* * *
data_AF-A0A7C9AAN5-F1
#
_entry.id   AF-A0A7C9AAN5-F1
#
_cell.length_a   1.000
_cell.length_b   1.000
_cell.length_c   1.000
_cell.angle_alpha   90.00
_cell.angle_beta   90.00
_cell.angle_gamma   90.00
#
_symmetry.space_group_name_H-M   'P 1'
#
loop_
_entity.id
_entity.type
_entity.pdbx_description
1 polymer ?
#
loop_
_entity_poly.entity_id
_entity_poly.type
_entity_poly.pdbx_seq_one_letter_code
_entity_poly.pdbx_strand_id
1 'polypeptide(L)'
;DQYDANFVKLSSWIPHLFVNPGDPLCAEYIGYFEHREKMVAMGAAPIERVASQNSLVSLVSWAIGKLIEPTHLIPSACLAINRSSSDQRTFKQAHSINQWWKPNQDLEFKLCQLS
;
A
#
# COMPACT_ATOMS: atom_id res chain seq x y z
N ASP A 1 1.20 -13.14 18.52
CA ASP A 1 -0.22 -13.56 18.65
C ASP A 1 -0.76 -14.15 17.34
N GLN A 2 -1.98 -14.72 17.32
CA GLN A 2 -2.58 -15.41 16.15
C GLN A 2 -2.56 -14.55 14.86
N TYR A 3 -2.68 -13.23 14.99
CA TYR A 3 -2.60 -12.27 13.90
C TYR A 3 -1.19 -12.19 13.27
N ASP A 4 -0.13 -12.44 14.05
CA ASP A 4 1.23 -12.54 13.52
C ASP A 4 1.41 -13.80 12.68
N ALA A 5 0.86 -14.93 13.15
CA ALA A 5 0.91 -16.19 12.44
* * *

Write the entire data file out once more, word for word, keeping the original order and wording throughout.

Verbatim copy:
data_AF-A0A7C9AAN5-F1
#
_entry.id   AF-A0A7C9AAN5-F1
#
_cell.length_a   1.000
_cell.length_b   1.000
_cell.length_c   1.000
_cell.angle_alpha   90.00
_cell.angle_beta   90.00
_cell.angle_gamma   90.00
#
_symmetry.space_group_name_H-M   'P 1'
#
loop_
_entity.id
_entity.type
_entity.pdbx_description
1 polymer ?
#
loop_
_entity_poly.entity_id
_entity_poly.type
_entity_poly.pdbx_seq_one_letter_code
_entity_poly.pdbx_strand_id
1 'polypeptide(L)'
;DQYDANFVKLSSWIPHLFVNPGDPLCAEYIGYFEHREKMVAMGAAPIERVASQNSLVSLVSWAIGKLIEPTHLIPSACLAINRSSSDQRTFKQAHSINQWWKPNQDLEFKLCQLS
;
A
#
# COMPACT_ATOMS: atom_id res chain seq x y z
N ASP A 1 1.20 -13.14 18.52
CA ASP A 1 -0.22 -13.56 18.65
C ASP A 1 -0.76 -14.15 17.34
N GLN A 2 -1.98 -14.72 17.32
CA GLN A 2 -2.58 -15.41 16.15
C GLN A 2 -2.56 -14.55 14.86
N TYR A 3 -2.68 -13.23 14.99
CA TYR A 3 -2.60 -12.27 13.90
C TYR A 3 -1.19 -12.19 13.27
N ASP A 4 -0.13 -12.44 14.05
CA ASP A 4 1.23 -12.54 13.52
C ASP A 4 1.41 -13.80 12.68
N ALA A 5 0.86 -14.93 13.15
CA ALA A 5 0.91 -16.19 12.44